Brittle Star Competition

Brittle Star Competition

Next to the Bridport flyer was another writing competition with a March 2014 closing date, again for short stories and poetry. This is the Brittle Star inaugural poetry and short fiction competition closing on 12th March 2014. The prizes are much more modest (ÂŁ250 per genre) but all winners will be published in Brittle Star and invited to a launch and prize giving event in London (a great chance for networking!)

Incidentally, if you want to keep up to date with UK writing competitions, I recommend visiting (and following) the Sally Jenkins – Writer blog. Sally Jenkins’ frequently lists details of writing competitions both big and small as well as lots of hints and tips and great resources. I learned about the Mslexia Children’s Novel Competition from her and, if I hadn’t, I might never have finished Dragon Wraiths. I’m very grateful!

Reach for the prize

Cover of "Notes From An Exhibition"

Every year about this time I start thinking about writing competitions. More specifically the Bridport Prize.  I did the same when I was painting. The theory goes something like this: enter prestigious competition, win competition (or get shortlisted at least) and therefore have something to talk about in query letters when trying to sell my other work.

I never do enter though, not with my writing. With the abstract paintings I used to gamble the entry fee on the rare chance someone would connect with one of my pieces: art is even more subjective than literature. Not that it ever paid off, mind you. I spent a fortune in entry fees before I accepted the truth.

With writing, though, I always talk myself out of it. The usual litany of excuses: I can’t see my brand of frothy romance getting past the first round; I don’t have the time; I’ve never really been a short story writer (I’ve probably written half a dozen since I started writing again four years ago and they were all for my university course.)

This year though I felt something different.

Determination.

For lots of reasons: I’ve just started thinking about short stories, after waking up with one in my head last week (see last entry). That one ended up in the post to Woman’s Weekly on Friday. I enjoyed writing it, but mostly – surprisingly – I enjoyed editing it. Working with a few thousand words instead of a hundred thousand meant I had the patience to think about every line, every word. Okay, mostly that was because I was cutting 800 words out to fit the Woman’s Weekly word count. But whatever the reason, I was forced to tighten up my prose and I felt pleased with the result.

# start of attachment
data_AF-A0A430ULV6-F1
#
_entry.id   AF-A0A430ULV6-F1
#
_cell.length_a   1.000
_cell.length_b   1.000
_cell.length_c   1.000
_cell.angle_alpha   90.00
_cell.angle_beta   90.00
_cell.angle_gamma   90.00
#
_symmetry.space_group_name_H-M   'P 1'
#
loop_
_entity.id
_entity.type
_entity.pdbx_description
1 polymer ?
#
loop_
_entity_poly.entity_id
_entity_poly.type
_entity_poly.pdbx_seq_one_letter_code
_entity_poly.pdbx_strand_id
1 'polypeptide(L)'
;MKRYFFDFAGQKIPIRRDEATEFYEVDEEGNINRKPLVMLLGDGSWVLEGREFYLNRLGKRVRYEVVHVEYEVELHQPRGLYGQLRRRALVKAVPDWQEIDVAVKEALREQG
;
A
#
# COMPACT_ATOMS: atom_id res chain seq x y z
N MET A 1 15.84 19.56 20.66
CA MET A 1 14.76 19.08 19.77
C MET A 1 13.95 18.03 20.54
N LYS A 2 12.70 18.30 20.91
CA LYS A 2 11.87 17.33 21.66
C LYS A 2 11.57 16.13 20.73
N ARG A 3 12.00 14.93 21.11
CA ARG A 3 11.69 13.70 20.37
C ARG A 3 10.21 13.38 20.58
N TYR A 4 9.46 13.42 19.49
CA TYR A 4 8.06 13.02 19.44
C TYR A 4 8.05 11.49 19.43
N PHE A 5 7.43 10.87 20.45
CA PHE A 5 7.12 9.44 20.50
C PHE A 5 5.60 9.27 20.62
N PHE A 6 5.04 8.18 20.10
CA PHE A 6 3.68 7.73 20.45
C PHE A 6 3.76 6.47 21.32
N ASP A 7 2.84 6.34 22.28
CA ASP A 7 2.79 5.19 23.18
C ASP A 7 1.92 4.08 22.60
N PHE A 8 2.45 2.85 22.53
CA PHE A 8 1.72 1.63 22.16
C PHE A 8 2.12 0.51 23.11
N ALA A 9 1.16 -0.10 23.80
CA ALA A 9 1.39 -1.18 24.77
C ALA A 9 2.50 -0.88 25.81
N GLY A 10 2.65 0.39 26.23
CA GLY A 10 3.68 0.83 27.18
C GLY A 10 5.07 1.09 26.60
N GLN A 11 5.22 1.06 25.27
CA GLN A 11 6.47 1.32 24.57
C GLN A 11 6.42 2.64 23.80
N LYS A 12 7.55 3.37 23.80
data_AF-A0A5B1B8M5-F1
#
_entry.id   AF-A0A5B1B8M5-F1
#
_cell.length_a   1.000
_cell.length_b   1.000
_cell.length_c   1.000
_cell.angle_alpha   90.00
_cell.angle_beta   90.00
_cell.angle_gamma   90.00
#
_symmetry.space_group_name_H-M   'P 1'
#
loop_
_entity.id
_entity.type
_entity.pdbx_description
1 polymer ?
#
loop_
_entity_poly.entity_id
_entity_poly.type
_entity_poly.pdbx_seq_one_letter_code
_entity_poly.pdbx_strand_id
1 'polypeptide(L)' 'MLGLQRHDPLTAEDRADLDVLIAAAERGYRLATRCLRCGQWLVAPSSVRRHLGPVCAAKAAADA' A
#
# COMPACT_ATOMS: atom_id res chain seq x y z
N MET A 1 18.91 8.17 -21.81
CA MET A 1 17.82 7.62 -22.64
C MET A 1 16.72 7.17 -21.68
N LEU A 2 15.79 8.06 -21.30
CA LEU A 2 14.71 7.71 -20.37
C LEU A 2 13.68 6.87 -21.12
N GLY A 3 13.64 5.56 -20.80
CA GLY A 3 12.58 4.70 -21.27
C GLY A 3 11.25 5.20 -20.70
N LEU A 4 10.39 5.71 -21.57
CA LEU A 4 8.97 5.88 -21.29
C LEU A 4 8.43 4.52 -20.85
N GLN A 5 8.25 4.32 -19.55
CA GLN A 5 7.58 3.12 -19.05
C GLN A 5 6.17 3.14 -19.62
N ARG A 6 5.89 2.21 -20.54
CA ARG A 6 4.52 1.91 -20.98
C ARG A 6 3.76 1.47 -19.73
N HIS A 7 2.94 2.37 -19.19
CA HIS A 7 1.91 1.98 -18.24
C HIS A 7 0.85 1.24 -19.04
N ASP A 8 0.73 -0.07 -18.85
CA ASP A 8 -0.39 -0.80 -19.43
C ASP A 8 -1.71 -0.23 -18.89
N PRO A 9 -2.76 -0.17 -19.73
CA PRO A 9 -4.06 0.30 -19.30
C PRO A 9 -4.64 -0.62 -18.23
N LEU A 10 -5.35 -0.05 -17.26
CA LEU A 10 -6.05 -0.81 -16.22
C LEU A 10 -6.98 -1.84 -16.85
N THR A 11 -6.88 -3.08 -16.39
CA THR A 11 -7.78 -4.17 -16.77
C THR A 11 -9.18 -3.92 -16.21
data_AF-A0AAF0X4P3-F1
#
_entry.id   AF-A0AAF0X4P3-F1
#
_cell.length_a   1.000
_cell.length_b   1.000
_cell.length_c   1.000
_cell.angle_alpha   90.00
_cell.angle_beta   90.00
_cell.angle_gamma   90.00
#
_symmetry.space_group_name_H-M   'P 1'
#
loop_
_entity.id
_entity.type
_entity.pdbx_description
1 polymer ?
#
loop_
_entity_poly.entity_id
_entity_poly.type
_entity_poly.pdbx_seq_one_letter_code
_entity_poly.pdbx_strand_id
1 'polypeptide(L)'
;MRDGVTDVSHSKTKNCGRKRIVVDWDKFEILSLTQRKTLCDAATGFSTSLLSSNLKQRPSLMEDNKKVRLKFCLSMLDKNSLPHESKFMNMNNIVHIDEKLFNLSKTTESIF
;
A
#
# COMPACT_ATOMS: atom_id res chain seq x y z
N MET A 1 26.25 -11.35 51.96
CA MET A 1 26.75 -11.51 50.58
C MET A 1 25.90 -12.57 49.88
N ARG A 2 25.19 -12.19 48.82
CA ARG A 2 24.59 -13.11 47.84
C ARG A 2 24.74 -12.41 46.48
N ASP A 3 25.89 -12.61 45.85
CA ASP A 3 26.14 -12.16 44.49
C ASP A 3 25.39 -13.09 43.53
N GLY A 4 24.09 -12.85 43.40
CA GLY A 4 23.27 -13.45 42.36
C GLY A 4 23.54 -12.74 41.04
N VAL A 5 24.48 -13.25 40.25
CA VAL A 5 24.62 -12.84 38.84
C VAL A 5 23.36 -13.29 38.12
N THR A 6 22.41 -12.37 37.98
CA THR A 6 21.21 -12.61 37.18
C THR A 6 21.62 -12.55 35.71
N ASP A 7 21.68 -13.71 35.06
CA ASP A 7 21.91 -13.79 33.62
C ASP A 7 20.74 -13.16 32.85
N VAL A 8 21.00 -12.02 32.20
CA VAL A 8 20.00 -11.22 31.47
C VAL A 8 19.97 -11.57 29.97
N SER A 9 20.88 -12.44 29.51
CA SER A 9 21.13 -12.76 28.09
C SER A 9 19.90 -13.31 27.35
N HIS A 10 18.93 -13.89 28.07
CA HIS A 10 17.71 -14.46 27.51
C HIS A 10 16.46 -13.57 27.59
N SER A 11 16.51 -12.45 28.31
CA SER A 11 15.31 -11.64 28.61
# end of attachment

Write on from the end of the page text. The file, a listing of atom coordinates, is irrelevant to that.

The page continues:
So Bridport popped into my head again. Maybe this year I could read some award winning short stories, try and understand what it takes. Come up with a less frothy theme than my usual romance. Give it a go. I was further spurred on by noticing the short story judge this year is Patrick Gale, whose novel Notes from an Exhibition is one of my all-time favourite reads.

Then I noticed they’ve moved the deadline from end of June to end of May. Four weeks away. It also happens to be my husband’s 40th birthday, as well as being the week before we take our annual family trip to see the rellies in Italy.

I’ve basically got seven nursery days to sort out a birthday pressie for the man who wants nothing, buy new clothes for the kids, pack and all that jazz, plus read a hundred short stories, come up with an amazing concept, write a fantastic story and edit it until it glows.

Or I could just wait until next year…

I’ll keep you posted.

P.S In my Bridport frenzy I came across some interesting blog entries. See below, particularly the first one, which is a brilliant interview with a previous winner.

http://www.multi-story.co.uk/guestspot-archive-emmadarwin.html

http://www.jonathanpinnock.com/2010/09/the-bridport-prize/

http://teresa-stenson.blogspot.co.uk/2010/05/brief-bits-and-bridport-advice.html

http://teresa-stenson.blogspot.co.uk/2012/04/bridport-prize.html